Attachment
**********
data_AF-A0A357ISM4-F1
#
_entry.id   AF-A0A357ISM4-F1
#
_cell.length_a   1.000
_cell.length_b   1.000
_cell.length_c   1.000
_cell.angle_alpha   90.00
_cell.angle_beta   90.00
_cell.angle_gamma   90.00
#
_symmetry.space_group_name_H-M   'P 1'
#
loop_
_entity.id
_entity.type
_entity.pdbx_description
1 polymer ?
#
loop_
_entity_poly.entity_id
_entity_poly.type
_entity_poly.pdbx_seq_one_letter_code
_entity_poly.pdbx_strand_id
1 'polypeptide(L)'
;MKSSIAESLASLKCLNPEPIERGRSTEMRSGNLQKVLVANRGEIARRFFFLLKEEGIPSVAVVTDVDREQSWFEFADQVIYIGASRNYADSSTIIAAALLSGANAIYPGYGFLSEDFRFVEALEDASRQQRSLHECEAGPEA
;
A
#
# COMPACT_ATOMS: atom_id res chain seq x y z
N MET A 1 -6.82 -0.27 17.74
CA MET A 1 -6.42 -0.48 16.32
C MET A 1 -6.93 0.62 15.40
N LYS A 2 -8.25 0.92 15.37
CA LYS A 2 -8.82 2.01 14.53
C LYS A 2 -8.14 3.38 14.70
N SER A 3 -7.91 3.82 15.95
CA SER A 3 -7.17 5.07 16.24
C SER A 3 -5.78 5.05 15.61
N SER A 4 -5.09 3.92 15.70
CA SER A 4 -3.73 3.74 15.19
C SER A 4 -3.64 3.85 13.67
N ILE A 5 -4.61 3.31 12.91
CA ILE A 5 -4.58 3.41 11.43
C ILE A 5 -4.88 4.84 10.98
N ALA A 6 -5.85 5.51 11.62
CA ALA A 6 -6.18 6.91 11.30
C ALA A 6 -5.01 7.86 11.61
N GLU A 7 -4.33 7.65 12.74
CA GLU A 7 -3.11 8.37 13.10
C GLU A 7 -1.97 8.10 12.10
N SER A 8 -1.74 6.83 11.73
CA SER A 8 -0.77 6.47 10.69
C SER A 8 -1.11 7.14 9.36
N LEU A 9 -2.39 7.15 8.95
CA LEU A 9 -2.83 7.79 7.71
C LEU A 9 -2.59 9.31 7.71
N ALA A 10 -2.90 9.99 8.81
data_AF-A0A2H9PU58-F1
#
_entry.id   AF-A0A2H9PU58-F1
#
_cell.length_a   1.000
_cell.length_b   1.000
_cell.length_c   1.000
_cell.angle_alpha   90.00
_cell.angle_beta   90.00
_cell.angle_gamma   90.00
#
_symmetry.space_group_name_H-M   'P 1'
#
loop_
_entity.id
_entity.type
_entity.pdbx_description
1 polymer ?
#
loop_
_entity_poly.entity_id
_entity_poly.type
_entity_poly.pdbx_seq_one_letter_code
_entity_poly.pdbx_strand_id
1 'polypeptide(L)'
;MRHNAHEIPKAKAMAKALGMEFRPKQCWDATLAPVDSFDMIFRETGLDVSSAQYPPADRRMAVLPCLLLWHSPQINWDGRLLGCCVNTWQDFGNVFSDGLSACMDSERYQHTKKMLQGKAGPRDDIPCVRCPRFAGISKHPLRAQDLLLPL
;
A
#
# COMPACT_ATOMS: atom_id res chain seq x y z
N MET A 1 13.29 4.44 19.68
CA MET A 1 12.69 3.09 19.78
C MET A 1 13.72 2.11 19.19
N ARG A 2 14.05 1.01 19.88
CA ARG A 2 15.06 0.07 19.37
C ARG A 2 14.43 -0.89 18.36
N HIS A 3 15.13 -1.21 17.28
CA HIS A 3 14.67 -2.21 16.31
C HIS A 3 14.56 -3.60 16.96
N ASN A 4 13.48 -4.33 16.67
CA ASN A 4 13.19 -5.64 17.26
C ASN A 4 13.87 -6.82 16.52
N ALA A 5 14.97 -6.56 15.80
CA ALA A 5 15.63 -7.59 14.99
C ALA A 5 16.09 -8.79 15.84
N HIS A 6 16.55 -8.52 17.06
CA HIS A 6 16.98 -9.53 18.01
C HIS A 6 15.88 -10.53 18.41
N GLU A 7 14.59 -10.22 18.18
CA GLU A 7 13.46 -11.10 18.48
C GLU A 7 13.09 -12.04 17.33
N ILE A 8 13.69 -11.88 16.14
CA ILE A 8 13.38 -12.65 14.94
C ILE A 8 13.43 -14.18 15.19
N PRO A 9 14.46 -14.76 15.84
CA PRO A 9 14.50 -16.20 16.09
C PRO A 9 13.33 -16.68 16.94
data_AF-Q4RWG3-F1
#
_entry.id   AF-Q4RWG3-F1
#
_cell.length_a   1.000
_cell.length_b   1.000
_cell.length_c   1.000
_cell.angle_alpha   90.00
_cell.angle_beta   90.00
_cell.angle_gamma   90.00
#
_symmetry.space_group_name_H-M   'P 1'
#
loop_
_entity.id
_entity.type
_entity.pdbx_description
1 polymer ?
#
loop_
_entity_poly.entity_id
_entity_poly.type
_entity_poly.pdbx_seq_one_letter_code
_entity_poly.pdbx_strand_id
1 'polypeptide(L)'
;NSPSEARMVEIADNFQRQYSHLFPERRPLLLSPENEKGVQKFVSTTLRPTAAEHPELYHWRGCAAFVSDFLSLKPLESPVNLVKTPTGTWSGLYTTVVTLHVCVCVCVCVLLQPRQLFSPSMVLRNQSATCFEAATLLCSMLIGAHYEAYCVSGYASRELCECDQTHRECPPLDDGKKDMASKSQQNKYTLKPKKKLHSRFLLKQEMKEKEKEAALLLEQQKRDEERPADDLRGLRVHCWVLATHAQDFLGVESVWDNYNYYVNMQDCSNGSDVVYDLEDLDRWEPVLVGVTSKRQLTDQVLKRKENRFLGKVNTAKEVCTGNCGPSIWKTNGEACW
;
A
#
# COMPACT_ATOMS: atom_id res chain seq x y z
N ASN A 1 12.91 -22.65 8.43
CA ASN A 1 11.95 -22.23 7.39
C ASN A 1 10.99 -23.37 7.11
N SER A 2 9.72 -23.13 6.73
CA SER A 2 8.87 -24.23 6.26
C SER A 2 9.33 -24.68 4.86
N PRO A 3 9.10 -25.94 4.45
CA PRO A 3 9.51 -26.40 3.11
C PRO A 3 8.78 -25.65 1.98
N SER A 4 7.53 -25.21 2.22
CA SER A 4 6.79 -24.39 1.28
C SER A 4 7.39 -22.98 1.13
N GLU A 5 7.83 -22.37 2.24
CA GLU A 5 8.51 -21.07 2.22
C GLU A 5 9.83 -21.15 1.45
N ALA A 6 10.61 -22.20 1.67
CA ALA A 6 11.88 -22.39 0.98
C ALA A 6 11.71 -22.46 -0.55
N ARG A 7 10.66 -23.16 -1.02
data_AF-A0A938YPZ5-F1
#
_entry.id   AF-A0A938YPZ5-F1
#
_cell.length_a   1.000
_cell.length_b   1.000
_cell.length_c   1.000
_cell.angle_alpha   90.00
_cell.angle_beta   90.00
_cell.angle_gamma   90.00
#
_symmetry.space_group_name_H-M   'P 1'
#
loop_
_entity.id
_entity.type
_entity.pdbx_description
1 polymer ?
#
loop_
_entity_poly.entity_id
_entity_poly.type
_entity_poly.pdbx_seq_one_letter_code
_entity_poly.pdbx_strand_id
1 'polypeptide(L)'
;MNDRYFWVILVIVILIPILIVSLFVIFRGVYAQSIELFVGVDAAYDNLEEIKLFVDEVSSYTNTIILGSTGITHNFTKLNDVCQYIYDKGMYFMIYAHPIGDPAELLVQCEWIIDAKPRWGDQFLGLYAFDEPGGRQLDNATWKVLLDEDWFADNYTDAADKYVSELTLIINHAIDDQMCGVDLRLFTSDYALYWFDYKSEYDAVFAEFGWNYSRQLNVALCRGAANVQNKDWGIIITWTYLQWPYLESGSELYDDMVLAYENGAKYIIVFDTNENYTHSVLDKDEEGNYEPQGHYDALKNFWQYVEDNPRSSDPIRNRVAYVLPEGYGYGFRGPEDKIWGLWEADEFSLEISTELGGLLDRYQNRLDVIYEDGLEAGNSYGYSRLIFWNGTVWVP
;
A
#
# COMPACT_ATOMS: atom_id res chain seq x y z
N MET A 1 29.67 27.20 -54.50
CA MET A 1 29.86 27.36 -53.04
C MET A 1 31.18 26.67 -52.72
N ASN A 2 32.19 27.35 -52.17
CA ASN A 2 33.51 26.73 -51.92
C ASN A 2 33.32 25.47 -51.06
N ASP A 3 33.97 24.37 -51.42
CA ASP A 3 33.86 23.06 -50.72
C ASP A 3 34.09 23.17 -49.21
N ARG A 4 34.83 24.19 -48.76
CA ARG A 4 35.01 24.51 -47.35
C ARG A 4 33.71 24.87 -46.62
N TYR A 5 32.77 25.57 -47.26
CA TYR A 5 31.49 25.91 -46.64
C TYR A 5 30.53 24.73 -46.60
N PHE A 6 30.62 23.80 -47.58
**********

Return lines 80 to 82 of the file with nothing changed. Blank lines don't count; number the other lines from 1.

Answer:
_entity_poly.type
_entity_poly.pdbx_seq_one_letter_code
_entity_poly.pdbx_strand_id